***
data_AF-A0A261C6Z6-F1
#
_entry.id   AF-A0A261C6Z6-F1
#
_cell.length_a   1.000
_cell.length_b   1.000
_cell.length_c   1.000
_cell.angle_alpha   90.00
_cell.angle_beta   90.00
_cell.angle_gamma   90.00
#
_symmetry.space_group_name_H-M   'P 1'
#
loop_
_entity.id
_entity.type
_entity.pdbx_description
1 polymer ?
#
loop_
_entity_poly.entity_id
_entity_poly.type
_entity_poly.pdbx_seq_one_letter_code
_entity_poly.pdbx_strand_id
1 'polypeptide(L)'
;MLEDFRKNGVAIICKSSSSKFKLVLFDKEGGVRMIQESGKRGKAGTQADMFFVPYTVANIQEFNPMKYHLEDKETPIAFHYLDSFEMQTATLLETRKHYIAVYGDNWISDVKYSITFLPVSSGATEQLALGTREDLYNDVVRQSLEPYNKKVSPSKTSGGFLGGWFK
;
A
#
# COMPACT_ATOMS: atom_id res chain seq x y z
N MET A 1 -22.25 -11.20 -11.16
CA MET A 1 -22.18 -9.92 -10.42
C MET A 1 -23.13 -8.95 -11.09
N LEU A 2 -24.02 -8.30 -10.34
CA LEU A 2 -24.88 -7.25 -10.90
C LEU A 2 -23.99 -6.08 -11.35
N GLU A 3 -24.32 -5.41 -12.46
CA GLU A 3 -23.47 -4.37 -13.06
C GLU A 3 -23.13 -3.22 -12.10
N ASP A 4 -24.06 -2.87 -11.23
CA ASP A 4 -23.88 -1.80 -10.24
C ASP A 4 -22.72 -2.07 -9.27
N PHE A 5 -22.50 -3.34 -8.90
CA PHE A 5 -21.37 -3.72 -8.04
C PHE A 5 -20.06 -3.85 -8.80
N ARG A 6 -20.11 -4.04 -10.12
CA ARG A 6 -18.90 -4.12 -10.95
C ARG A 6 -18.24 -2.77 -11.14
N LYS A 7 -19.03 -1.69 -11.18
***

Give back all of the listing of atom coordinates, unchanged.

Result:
data_AF-A0A261C6Z6-F1
#
_entry.id   AF-A0A261C6Z6-F1
#
_cell.length_a   1.000
_cell.length_b   1.000
_cell.length_c   1.000
_cell.angle_alpha   90.00
_cell.angle_beta   90.00
_cell.angle_gamma   90.00
#
_symmetry.space_group_name_H-M   'P 1'
#
loop_
_entity.id
_entity.type
_entity.pdbx_description
1 polymer ?
#
loop_
_entity_poly.entity_id
_entity_poly.type
_entity_poly.pdbx_seq_one_letter_code
_entity_poly.pdbx_strand_id
1 'polypeptide(L)'
;MLEDFRKNGVAIICKSSSSKFKLVLFDKEGGVRMIQESGKRGKAGTQADMFFVPYTVANIQEFNPMKYHLEDKETPIAFHYLDSFEMQTATLLETRKHYIAVYGDNWISDVKYSITFLPVSSGATEQLALGTREDLYNDVVRQSLEPYNKKVSPSKTSGGFLGGWFK
;
A
#
# COMPACT_ATOMS: atom_id res chain seq x y z
N MET A 1 -22.25 -11.20 -11.16
CA MET A 1 -22.18 -9.92 -10.42
C MET A 1 -23.13 -8.95 -11.09
N LEU A 2 -24.02 -8.30 -10.34
CA LEU A 2 -24.88 -7.25 -10.90
C LEU A 2 -23.99 -6.08 -11.35
N GLU A 3 -24.32 -5.41 -12.46
CA GLU A 3 -23.47 -4.37 -13.06
C GLU A 3 -23.13 -3.22 -12.10
N ASP A 4 -24.06 -2.87 -11.23
CA ASP A 4 -23.88 -1.80 -10.24
C ASP A 4 -22.72 -2.07 -9.27
N PHE A 5 -22.50 -3.34 -8.90
CA PHE A 5 -21.37 -3.72 -8.04
C PHE A 5 -20.06 -3.85 -8.80
N ARG A 6 -20.11 -4.04 -10.12
CA ARG A 6 -18.90 -4.12 -10.95
C ARG A 6 -18.24 -2.77 -11.14
N LYS A 7 -19.03 -1.69 -11.18